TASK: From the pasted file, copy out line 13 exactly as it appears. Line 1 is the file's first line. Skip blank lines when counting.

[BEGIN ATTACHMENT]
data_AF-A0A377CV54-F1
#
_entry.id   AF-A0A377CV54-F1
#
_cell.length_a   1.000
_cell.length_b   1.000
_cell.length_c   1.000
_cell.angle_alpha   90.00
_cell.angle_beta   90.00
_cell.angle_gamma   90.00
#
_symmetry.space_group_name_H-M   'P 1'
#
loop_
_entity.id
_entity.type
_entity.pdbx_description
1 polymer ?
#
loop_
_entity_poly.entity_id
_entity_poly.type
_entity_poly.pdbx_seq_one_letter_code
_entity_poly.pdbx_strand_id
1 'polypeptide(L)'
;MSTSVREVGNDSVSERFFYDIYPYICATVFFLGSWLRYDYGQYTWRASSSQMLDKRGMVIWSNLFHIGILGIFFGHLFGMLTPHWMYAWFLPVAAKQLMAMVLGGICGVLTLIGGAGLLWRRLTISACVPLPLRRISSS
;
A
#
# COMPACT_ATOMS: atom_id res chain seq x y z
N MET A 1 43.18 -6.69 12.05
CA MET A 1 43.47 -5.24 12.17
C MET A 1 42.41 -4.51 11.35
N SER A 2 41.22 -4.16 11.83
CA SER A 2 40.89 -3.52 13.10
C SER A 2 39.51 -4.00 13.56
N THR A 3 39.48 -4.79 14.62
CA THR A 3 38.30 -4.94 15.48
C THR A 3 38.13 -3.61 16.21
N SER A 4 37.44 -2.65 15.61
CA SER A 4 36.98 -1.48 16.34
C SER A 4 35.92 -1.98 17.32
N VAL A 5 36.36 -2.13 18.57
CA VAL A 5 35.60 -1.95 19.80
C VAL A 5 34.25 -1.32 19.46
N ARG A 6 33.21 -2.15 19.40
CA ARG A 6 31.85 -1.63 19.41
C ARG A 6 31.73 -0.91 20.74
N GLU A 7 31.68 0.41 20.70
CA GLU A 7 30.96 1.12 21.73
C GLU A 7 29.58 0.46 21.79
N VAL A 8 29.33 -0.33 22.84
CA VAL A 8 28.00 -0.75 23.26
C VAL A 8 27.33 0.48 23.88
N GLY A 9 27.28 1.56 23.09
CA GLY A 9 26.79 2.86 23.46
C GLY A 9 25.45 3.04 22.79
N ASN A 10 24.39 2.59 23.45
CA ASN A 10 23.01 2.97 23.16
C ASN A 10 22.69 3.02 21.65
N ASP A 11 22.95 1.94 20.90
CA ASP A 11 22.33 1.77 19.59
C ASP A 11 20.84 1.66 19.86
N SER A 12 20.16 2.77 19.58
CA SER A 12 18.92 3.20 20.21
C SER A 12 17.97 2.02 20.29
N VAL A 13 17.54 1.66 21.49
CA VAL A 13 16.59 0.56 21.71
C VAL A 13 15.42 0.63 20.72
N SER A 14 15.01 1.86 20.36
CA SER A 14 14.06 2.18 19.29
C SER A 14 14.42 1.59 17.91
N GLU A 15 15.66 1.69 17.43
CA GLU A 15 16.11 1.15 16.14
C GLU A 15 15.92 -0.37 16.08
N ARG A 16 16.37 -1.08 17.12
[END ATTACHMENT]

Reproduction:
#